Please use energy saving bulbs with Smartylamps shades
Smartylamps pendant lampshades - 11 Watt energy bulb (which emits a light equivalent to a 60watt incandescent bulb)
Small and narrow lampshades and free- standing Smartylamps - 8 Watt energy bulb (which emits a light equivalent to a 40watt incandescent bulb)
We recommend energy saving bulbs and suggest 11W which is equivalent to a 60 watt incandescent bulb for the larger shades and 8W (40 watt candle bulb if the shade is small or narrow or for a free-standing lamp.
Most people think that the wattage (W) of a bulb tells you how much light it gives. However, this is not the case as wattage only measures the amount of energy required to light bulbs. Lumens (lm), on the other hand, measure the amount of light that is actually produced. For example, some bulbs, like LED, give the same light output (in lumens) as a classic bulb, but for a much lower wattage. So, to see how bright a bulb is, think in lumens, not watts. The higher the lumen value, the greater the light output.
We do not advise the use of the old style incandescent / filament bulbs, as they get too hot. You can buy energy bulbs that give off different light emissions such as warm white, white, daylight as well as fluorescent and even dimmable ones.
Traditional incandescent light bulbs waste a lot of their energy by turning energy into heat rather than light itself. Energy saving light bulbs work in the same way as fluorescent tubes - an electric current passes through gas in a tube, making the tube's coating glow brightly. This means they use less energy and are cool to the touch.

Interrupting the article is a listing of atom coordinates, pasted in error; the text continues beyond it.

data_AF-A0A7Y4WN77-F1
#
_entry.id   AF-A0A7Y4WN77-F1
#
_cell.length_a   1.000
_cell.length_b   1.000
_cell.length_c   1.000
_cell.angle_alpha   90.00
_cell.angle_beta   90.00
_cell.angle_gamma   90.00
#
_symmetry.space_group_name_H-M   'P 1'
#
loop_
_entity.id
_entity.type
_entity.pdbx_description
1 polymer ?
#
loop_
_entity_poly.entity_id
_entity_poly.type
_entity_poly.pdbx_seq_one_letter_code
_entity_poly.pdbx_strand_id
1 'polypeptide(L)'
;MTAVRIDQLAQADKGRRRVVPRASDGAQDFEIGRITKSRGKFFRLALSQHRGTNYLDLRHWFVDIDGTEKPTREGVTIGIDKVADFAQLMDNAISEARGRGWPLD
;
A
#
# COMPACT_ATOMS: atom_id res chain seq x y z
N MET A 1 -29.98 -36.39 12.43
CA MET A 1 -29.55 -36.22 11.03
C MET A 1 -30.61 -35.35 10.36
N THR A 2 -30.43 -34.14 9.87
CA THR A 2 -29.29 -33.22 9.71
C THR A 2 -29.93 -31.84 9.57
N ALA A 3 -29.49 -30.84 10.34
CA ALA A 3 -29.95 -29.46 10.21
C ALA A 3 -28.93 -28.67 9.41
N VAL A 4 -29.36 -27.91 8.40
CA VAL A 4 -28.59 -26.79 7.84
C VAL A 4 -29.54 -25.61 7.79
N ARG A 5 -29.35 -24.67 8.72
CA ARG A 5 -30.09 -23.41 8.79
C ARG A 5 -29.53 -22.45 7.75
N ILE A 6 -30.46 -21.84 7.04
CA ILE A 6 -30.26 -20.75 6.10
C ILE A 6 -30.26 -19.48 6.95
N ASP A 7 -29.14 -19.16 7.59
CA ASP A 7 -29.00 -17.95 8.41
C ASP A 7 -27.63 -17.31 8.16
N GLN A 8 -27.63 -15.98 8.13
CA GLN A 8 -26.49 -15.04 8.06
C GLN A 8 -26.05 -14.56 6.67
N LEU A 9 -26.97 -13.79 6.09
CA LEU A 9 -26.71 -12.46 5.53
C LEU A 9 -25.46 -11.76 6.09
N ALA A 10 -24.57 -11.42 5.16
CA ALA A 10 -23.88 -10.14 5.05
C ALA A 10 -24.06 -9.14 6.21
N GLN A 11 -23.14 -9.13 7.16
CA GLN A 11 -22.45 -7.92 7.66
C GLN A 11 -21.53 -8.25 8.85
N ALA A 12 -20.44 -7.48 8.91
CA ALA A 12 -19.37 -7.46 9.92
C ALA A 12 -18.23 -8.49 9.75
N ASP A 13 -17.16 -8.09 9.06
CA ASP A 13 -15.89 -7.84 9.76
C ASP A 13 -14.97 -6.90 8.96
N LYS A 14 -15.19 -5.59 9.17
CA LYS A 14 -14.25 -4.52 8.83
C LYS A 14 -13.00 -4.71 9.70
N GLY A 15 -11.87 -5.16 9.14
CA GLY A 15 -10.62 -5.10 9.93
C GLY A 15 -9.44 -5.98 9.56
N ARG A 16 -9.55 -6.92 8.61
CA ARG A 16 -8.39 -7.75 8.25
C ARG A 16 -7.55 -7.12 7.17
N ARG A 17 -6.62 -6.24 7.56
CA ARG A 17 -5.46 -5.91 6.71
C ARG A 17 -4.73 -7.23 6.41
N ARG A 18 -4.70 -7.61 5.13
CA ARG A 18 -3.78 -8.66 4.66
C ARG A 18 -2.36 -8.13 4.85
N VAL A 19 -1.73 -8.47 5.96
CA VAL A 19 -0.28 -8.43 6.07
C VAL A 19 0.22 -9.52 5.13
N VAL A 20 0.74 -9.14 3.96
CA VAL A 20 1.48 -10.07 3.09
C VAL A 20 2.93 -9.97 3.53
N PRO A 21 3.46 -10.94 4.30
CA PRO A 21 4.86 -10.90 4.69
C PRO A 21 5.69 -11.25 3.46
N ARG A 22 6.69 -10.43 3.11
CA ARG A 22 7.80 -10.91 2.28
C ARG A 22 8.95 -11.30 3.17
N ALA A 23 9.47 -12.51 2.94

Although energy saving light bulbs cost a little more to buy than their old technology equivalents, they save you money in the long run by reducing the amount of electricity you use.
Lumens are being introduced as the new unit of measurement for light bulbs. In the past, the strength of light bulbs was measured in watts, which is actually a measure of power. This isn’t a useful unit of measurement for new energy-saving light bulbs, which consume much less power than old-style incandescent light bulbs. So because comparisons based on wattage are no longer meaningful, the strength of new energy-saving light bulbs is expressed in lumens, which measures instead the amount of light they produce. The higher the number of lumens, the brighter the light.
If you haven’t already, you’ll soon start seeing light bulbs categorised by lumens rather than wattage. There isn’t necessarily a correlation between lumens and watts because they measure different things. But as a rough guide, look at the chart below: